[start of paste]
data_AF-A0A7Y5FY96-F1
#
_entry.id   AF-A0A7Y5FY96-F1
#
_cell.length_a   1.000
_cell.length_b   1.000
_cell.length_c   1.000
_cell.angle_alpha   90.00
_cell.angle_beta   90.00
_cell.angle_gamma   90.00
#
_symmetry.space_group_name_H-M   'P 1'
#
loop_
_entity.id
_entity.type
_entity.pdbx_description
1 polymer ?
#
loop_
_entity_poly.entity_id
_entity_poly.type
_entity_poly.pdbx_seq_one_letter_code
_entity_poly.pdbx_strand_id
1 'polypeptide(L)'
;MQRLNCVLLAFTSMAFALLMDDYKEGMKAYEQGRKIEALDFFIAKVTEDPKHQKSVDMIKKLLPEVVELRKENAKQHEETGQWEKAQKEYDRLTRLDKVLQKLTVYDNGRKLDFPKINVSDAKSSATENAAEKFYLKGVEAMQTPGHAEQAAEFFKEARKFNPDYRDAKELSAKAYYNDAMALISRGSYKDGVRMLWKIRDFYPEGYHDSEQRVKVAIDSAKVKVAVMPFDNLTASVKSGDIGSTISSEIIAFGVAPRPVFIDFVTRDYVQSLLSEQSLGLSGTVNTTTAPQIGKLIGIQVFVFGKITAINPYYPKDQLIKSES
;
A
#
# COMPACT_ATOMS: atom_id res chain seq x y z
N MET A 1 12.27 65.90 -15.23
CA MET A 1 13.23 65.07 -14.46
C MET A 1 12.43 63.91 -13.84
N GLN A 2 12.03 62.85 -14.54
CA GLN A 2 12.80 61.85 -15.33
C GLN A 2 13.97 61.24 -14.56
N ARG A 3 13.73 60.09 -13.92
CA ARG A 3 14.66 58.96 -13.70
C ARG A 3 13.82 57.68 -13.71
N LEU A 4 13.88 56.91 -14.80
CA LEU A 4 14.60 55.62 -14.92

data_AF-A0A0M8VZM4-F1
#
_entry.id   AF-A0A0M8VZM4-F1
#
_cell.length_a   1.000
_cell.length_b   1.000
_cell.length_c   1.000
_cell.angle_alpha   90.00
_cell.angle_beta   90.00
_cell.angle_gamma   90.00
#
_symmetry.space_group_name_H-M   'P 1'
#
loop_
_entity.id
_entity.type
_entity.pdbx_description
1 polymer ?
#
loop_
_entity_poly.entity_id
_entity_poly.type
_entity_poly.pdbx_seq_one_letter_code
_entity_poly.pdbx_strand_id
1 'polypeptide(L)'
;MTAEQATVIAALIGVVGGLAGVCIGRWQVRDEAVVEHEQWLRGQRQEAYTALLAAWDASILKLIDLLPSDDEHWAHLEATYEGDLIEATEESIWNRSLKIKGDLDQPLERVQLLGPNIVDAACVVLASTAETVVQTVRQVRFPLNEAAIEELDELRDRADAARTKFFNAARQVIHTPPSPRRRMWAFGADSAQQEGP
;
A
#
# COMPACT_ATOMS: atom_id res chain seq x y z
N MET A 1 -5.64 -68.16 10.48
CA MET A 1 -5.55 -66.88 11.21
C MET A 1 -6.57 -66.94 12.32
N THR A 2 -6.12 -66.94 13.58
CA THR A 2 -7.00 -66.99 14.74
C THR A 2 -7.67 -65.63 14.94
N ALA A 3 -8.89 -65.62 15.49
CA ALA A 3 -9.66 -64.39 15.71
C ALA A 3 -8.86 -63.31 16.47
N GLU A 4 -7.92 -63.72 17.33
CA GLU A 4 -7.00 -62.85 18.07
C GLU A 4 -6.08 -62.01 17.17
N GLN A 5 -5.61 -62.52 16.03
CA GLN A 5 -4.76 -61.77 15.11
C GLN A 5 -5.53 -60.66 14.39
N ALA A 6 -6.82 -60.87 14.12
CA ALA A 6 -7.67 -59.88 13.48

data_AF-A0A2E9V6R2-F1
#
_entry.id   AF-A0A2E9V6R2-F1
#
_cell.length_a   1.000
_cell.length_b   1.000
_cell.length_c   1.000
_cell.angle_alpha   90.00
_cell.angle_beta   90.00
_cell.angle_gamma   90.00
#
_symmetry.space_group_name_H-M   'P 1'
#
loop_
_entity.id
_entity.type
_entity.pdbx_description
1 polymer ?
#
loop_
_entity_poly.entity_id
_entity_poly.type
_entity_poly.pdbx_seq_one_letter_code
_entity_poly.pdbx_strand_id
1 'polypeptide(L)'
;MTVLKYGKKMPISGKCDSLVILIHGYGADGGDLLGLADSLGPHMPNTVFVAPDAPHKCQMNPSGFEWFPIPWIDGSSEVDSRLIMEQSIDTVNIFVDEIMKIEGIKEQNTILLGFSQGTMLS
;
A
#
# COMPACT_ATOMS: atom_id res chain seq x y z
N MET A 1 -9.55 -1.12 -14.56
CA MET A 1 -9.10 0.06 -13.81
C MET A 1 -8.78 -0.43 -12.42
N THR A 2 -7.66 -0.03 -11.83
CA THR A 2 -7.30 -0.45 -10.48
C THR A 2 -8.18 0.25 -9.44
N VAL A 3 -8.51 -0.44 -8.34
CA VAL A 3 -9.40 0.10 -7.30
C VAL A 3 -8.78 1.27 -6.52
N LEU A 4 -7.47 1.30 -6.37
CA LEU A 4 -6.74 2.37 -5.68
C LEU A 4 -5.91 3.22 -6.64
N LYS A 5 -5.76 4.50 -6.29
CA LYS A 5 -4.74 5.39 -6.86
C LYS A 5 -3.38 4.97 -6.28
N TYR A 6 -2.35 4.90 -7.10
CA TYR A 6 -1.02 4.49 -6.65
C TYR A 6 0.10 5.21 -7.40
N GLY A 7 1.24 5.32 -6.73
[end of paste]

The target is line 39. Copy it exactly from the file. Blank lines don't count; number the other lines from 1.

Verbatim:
C ARG A 3 13.82 57.68 -13.71